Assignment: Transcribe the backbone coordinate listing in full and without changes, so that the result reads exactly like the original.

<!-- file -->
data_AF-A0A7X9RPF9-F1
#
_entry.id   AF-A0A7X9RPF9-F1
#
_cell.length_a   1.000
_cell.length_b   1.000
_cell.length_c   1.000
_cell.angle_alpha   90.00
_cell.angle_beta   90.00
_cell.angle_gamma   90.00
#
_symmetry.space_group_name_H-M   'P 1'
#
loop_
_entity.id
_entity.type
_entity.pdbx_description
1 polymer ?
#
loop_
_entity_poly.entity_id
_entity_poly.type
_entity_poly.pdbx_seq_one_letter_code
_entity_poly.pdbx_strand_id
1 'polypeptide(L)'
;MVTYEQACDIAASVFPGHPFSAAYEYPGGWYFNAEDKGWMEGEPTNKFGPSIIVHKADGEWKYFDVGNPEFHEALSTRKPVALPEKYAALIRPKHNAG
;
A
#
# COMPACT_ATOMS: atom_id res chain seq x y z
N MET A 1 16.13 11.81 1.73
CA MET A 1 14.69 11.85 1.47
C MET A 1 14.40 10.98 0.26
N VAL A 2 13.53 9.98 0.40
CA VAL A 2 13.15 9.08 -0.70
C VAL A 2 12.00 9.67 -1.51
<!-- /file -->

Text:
data_AF-A0A7X9RPF9-F1
#
_entry.id   AF-A0A7X9RPF9-F1
#
_cell.length_a   1.000
_cell.length_b   1.000
_cell.length_c   1.000
_cell.angle_alpha   90.00
_cell.angle_beta   90.00
_cell.angle_gamma   90.00
#
_symmetry.space_group_name_H-M   'P 1'
#
loop_
_entity.id
_entity.type
_entity.pdbx_description
1 polymer ?
#
loop_
_entity_poly.entity_id
_entity_poly.type
_entity_poly.pdbx_seq_one_letter_code
_entity_poly.pdbx_strand_id
1 'polypeptide(L)'
;MVTYEQACDIAASVFPGHPFSAAYEYPGGWYFNAEDKGWMEGEPTNKFGPSIIVHKADGEWKYFDVGNPEFHEALSTRKPVALPEKYAALIRPKHNAG
;
A
#
# COMPACT_ATOMS: atom_id res chain seq x y z
N MET A 1 16.13 11.81 1.73
CA MET A 1 14.69 11.85 1.47
C MET A 1 14.40 10.98 0.26
N VAL A 2 13.53 9.98 0.40
CA VAL A 2 13.15 9.08 -0.70
C VAL A 2 12.00 9.67 -1.51